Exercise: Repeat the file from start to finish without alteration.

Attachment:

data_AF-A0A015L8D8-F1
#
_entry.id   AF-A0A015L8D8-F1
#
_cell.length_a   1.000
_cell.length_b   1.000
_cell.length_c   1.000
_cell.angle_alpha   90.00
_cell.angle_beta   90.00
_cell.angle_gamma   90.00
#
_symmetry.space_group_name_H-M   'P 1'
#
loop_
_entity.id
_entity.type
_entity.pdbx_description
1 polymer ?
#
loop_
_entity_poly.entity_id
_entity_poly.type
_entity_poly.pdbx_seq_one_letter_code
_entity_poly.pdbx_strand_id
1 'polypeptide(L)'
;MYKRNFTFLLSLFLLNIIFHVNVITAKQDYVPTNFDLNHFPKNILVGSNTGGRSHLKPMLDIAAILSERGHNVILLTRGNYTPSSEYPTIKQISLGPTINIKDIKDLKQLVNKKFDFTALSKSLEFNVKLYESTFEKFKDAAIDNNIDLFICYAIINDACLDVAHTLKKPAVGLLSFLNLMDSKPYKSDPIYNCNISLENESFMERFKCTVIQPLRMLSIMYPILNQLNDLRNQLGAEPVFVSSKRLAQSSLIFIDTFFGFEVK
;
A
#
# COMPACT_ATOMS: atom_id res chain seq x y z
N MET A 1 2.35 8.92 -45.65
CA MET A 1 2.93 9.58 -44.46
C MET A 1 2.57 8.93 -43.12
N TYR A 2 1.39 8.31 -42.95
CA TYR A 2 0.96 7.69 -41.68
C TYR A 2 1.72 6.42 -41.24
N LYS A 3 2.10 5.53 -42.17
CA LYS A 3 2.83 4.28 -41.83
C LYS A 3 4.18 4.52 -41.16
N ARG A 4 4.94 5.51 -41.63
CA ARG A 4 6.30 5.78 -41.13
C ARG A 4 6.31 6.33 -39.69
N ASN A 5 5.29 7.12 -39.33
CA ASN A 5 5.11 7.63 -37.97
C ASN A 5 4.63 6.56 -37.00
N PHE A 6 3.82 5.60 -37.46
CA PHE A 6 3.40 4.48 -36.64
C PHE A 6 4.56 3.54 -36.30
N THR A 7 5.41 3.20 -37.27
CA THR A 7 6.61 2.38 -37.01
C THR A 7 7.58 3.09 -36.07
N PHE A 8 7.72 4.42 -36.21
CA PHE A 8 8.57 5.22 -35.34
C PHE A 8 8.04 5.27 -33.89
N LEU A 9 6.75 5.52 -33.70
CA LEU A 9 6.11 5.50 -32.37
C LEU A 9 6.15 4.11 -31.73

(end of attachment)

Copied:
data_AF-A0A015L8D8-F1
#
_entry.id   AF-A0A015L8D8-F1
#
_cell.length_a   1.000
_cell.length_b   1.000
_cell.length_c   1.000
_cell.angle_alpha   90.00
_cell.angle_beta   90.00
_cell.angle_gamma   90.00
#
_symmetry.space_group_name_H-M   'P 1'
#
loop_
_entity.id
_entity.type
_entity.pdbx_description
1 polymer ?
#
loop_
_entity_poly.entity_id
_entity_poly.type
_entity_poly.pdbx_seq_one_letter_code
_entity_poly.pdbx_strand_id
1 'polypeptide(L)'
;MYKRNFTFLLSLFLLNIIFHVNVITAKQDYVPTNFDLNHFPKNILVGSNTGGRSHLKPMLDIAAILSERGHNVILLTRGNYTPSSEYPTIKQISLGPTINIKDIKDLKQLVNKKFDFTALSKSLEFNVKLYESTFEKFKDAAIDNNIDLFICYAIINDACLDVAHTLKKPAVGLLSFLNLMDSKPYKSDPIYNCNISLENESFMERFKCTVIQPLRMLSIMYPILNQLNDLRNQLGAEPVFVSSKRLAQSSLIFIDTFFGFEVK
;
A
#
# COMPACT_ATOMS: atom_id res chain seq x y z
N MET A 1 2.35 8.92 -45.65
CA MET A 1 2.93 9.58 -44.46
C MET A 1 2.57 8.93 -43.12
N TYR A 2 1.39 8.31 -42.95
CA TYR A 2 0.96 7.69 -41.68
C TYR A 2 1.72 6.42 -41.24
N LYS A 3 2.10 5.53 -42.17
CA LYS A 3 2.83 4.28 -41.83
C LYS A 3 4.18 4.52 -41.16
N ARG A 4 4.94 5.51 -41.63
CA ARG A 4 6.30 5.78 -41.13
C ARG A 4 6.31 6.33 -39.69
N ASN A 5 5.29 7.12 -39.33
CA ASN A 5 5.11 7.63 -37.97
C ASN A 5 4.63 6.56 -37.00
N PHE A 6 3.82 5.60 -37.46
CA PHE A 6 3.40 4.48 -36.64
C PHE A 6 4.56 3.54 -36.30
N THR A 7 5.41 3.20 -37.27
CA THR A 7 6.61 2.38 -37.01
C THR A 7 7.58 3.09 -36.07
N PHE A 8 7.72 4.42 -36.21
CA PHE A 8 8.57 5.22 -35.34
C PHE A 8 8.04 5.27 -33.89
N LEU A 9 6.75 5.52 -33.70
CA LEU A 9 6.11 5.50 -32.37
C LEU A 9 6.15 4.11 -31.73